Ohio firefighters and police were sent to a snake collector’s home when her newly acquired five-and-a-half-foot boa constrictor bit her face after wrapping itself around her neck. The rescue team arrived minutes later to find the woman sprawled on her blood-soaked driveway with the powerful reptile still latched onto her nose. Firefighters were able to save her by cutting the boa’s head off with a pocket knife, and the unnamed woman was taken to the hospital for her non-life threatening injuries.
This sort of encounter isn’t as uncommon as you might think due to the popularity of large constrictors in the United States; at least 17 people have been killed by various pythons since 1978. It might seem cool to own a snake that can consume a pig in one continuous gulp, but most potential owners aren’t equipped to keep an enormous and dangerous animal with a twenty- to thirty-year lifespan. The snake lady from Ohio had two boa constrictors and nine ball pythons at the time of the incident, and while I don’t know how she kept her snakes, I’m willing to bet that they weren’t kept in huge zoo-grade enclosures that are suitable for boas that can easily grow up to 13 feet long and weigh more than 100 pounds. As dangerous as constrictors are, I find it pitiful to see a mammoth python crammed into a glass case that is far too small for it…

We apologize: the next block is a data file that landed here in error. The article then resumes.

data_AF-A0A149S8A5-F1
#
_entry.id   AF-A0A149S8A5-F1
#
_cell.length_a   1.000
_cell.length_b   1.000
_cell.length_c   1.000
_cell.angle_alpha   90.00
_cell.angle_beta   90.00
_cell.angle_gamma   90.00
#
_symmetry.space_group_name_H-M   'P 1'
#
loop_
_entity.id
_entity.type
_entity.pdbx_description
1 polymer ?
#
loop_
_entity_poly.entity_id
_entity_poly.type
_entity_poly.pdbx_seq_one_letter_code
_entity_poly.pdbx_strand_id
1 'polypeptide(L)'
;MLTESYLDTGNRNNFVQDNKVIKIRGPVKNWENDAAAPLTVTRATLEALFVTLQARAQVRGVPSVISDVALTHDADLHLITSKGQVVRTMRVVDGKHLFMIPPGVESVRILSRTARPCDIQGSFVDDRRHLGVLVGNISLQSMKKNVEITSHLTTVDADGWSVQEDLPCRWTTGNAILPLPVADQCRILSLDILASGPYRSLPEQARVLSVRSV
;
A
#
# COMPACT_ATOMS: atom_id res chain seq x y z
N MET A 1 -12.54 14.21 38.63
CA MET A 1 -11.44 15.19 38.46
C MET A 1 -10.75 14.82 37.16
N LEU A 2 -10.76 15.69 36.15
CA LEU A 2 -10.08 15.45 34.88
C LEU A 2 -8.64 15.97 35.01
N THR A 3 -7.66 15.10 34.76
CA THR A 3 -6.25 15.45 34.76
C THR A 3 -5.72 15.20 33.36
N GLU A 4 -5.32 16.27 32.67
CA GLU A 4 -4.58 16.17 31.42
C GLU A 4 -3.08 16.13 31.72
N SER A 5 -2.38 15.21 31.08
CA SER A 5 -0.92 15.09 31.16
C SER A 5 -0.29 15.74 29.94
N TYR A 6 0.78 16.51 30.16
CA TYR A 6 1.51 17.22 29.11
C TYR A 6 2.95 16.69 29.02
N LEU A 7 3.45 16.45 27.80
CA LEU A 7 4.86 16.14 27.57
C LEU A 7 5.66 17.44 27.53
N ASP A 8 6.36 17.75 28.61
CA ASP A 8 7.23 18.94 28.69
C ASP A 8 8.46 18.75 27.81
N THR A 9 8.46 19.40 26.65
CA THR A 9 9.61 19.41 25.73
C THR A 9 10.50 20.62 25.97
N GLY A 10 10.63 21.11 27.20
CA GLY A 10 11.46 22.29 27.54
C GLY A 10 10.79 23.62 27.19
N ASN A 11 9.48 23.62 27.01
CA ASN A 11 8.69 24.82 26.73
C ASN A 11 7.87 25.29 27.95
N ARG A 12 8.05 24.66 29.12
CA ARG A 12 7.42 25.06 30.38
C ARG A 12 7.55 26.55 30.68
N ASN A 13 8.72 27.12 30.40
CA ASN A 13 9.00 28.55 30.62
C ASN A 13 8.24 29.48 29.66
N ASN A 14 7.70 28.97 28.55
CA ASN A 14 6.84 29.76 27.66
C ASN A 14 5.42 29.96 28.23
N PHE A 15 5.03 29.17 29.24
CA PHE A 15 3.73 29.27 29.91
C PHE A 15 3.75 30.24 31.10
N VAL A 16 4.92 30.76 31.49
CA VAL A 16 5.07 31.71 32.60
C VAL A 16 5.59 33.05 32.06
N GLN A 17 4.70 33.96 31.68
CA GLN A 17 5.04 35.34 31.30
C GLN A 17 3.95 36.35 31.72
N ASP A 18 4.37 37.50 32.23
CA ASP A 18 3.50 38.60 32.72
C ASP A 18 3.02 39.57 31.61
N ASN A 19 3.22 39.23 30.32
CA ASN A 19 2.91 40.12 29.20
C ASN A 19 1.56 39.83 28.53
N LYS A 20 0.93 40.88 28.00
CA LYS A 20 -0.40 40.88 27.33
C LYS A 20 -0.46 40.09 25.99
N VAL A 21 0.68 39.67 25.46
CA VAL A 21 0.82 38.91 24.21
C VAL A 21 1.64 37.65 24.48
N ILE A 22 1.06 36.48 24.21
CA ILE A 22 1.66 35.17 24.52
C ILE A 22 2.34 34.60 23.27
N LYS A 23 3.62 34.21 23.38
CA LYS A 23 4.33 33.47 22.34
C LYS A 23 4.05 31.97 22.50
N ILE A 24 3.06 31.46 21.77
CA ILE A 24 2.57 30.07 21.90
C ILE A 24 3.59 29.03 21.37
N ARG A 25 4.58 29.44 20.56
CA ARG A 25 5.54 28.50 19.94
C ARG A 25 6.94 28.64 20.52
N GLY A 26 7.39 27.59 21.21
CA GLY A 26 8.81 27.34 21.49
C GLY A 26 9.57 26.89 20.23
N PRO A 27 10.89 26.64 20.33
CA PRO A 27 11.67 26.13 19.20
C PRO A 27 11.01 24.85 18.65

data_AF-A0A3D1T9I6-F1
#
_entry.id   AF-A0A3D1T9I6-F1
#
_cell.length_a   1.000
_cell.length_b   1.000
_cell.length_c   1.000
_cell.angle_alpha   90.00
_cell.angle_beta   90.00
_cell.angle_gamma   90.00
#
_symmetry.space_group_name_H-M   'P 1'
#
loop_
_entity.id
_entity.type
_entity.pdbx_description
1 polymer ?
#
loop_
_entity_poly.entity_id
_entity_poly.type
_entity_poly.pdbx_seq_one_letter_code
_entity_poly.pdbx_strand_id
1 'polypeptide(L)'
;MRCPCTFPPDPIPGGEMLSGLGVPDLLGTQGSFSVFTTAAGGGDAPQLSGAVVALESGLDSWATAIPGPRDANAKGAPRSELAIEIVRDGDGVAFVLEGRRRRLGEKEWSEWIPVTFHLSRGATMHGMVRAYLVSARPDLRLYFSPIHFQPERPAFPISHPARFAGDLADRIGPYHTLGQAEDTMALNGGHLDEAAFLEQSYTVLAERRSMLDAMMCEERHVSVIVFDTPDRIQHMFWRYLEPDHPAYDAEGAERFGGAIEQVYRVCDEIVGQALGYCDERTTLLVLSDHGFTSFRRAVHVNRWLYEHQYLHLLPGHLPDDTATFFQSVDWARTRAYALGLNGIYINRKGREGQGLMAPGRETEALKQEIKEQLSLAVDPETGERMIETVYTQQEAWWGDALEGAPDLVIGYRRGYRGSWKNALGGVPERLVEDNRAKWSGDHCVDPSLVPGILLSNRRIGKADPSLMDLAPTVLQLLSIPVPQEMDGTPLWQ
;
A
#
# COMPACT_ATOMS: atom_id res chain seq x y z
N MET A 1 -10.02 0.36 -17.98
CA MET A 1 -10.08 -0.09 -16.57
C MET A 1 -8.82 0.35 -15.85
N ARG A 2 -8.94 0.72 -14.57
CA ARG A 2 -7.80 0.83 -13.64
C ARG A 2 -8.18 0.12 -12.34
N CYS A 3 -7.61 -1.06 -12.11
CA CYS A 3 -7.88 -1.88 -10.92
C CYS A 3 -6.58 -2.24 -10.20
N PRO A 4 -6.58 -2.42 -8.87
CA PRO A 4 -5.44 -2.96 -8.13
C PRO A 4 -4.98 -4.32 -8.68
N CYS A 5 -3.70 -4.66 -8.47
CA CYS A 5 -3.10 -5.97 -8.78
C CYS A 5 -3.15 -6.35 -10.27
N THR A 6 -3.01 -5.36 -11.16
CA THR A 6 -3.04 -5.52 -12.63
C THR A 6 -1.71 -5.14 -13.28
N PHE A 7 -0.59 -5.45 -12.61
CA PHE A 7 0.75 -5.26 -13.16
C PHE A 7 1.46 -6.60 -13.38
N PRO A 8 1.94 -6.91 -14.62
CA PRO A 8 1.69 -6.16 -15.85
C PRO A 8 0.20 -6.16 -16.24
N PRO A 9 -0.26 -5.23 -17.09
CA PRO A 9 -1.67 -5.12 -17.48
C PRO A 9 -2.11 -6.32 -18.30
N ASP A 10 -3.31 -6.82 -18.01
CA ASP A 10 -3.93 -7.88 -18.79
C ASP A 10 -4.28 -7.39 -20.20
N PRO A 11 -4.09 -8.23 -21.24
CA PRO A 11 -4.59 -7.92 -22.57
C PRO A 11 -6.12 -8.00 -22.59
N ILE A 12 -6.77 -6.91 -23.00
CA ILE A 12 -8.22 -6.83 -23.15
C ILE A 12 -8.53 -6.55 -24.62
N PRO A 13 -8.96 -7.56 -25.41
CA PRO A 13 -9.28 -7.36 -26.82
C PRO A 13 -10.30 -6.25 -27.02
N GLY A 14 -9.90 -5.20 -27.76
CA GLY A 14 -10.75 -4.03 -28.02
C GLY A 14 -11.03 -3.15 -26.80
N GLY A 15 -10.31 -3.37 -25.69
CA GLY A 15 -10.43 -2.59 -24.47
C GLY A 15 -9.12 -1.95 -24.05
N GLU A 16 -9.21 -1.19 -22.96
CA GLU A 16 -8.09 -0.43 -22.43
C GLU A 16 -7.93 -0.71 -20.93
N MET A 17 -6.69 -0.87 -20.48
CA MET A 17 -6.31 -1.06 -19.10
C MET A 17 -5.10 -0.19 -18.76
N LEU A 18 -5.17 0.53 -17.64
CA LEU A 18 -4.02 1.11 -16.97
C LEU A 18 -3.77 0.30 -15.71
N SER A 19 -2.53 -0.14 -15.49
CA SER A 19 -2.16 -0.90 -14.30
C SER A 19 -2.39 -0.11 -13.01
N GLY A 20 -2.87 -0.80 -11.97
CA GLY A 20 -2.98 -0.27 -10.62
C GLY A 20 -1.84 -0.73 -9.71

In 2015, the U.S. Fish and Wildlife Service banned reticulated pythons, DeSchauensee’s anacondas, green anacondas, and Beni anacondas from being imported to the United States or being sold across state lines under the Lacey Act. This was done less because these snakes are particularly dangerous, but due to fears of how they would disrupt local ecosystems if they were to establish breeding populations. Other banned constrictor snakes that are labeled as “injurious” include Burmese pythons, yellow anacondas, and northern and southern African pythons. Boa constrictors were planned to be included in the snake ban, but they were delisted as reptile enthusiasts and snake breeders pressured the agency to pardon the exotic pet from the new law. Would banning boas have saved the Ohio snake adopter’s face? Probably not.
Boa constrictors are native to South and Central America and have been extremely popular pets for decades, which has led to hundreds of thousands of snakes being imported to satisfy the demand. Most boa constrictors found in the U.S. these days, however, were hatched in captivity. Boas hunt by securely grabbing prey with their razor-sharp hooked teeth so they can coil their muscular body around their target and squeeze until the unfortunate creature suffocates. Monkeys, birds, and wild pigs are common prey for wild boa constrictors, but pet boas are often fed a diet of rodents.
Maybe boa constrictors should’ve been added to the Lacey Act’s snake ban list, as breeding populations have taken hold in Puerto Rico and South Florida. These invasive pythons, which were likely dumped by careless snake breeders or pet owners, have no natural predators in their new environment, and they end up edging out local predators that are competing for the same prey. More importantly, it would be a tragedy if an introduced boa constrictor grabbed a small child or family pet because the family wasn’t expecting a 10-foot long snake to appear in their back yard.